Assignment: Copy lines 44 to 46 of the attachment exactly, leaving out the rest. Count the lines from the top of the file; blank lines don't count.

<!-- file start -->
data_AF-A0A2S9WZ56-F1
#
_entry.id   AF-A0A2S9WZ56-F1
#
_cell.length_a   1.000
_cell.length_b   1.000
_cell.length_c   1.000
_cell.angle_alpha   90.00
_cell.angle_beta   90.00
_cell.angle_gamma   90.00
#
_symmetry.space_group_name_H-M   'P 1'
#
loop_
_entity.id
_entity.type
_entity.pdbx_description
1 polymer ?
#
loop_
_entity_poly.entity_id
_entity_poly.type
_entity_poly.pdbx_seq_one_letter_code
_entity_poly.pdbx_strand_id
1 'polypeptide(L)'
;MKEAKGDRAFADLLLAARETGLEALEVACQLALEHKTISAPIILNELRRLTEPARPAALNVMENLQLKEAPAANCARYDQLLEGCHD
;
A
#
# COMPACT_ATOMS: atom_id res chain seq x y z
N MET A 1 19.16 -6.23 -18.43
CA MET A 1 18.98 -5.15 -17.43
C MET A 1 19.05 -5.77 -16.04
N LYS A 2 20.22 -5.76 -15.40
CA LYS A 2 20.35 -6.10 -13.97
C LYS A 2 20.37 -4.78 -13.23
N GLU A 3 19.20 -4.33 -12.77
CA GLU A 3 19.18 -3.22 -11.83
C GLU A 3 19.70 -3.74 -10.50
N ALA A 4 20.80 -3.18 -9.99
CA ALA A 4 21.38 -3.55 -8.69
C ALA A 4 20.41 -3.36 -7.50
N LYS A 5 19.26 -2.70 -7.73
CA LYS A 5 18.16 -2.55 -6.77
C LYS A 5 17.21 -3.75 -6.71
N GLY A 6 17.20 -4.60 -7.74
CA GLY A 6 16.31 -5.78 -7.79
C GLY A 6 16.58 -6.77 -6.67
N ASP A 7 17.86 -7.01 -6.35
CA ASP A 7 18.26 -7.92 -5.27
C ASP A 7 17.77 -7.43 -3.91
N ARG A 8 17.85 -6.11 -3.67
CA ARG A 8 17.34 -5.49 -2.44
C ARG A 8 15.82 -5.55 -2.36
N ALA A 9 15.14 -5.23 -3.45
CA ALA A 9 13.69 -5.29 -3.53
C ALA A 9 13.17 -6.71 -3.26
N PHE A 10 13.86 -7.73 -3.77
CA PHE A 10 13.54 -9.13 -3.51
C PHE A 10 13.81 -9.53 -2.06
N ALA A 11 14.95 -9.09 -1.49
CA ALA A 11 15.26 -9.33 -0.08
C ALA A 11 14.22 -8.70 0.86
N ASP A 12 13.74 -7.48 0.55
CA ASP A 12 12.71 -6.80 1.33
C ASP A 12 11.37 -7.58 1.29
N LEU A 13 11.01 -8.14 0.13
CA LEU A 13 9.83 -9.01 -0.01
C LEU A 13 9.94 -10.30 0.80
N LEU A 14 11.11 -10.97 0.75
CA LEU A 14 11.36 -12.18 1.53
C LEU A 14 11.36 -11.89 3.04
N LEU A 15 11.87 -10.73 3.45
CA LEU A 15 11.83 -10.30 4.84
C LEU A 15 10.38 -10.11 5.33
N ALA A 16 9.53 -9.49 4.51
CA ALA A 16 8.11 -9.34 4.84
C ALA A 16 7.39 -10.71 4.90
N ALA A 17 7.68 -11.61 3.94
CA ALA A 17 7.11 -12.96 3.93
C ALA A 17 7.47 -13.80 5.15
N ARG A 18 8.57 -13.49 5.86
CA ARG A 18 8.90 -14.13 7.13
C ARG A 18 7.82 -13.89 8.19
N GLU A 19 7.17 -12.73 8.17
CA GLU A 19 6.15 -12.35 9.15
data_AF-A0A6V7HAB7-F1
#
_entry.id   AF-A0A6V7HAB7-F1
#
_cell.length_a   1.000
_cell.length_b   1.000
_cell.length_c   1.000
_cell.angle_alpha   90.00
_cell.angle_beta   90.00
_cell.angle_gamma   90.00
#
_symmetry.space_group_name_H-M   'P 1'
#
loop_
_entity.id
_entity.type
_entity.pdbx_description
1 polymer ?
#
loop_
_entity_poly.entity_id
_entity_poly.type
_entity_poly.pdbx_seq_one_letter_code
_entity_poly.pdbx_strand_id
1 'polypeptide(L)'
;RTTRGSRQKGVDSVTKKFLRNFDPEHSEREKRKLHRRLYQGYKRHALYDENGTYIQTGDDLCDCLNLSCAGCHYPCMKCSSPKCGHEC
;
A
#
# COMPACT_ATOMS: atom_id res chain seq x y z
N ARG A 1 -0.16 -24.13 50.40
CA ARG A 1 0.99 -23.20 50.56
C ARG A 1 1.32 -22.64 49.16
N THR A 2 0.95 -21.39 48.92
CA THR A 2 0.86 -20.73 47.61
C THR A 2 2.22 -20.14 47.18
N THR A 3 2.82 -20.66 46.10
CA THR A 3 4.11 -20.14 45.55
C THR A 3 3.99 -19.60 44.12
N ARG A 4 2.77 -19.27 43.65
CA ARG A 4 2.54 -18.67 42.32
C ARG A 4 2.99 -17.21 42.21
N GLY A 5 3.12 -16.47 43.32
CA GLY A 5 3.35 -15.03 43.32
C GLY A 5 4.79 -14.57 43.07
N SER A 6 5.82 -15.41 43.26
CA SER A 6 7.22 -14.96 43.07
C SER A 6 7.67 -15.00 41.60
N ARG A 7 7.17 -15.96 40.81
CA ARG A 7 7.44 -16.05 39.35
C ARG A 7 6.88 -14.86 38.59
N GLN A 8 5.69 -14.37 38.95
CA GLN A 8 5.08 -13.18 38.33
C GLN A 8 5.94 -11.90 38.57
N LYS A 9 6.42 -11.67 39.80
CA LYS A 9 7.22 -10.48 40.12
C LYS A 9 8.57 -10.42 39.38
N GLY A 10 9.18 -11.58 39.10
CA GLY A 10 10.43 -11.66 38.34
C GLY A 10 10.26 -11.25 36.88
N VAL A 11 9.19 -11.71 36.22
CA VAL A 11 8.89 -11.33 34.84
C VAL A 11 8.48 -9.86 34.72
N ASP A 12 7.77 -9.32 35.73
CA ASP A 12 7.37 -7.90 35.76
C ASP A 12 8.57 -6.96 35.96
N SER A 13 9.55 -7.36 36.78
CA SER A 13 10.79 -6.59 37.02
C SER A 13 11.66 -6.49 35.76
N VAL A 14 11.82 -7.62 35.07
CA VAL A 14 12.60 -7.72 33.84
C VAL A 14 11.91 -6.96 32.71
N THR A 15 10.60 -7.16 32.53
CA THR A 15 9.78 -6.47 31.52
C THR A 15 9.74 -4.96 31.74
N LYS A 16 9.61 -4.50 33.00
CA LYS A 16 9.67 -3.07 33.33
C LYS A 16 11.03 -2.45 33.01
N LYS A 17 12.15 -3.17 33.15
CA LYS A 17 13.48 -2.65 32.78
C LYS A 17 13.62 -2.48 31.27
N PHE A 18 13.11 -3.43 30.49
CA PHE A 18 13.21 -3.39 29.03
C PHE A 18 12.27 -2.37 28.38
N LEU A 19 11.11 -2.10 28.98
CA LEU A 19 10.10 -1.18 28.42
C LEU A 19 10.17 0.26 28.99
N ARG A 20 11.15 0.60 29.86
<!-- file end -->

CA LYS A 5 18.16 -2.55 -6.77
C LYS A 5 17.21 -3.75 -6.71
N GLY A 6 17.20 -4.60 -7.74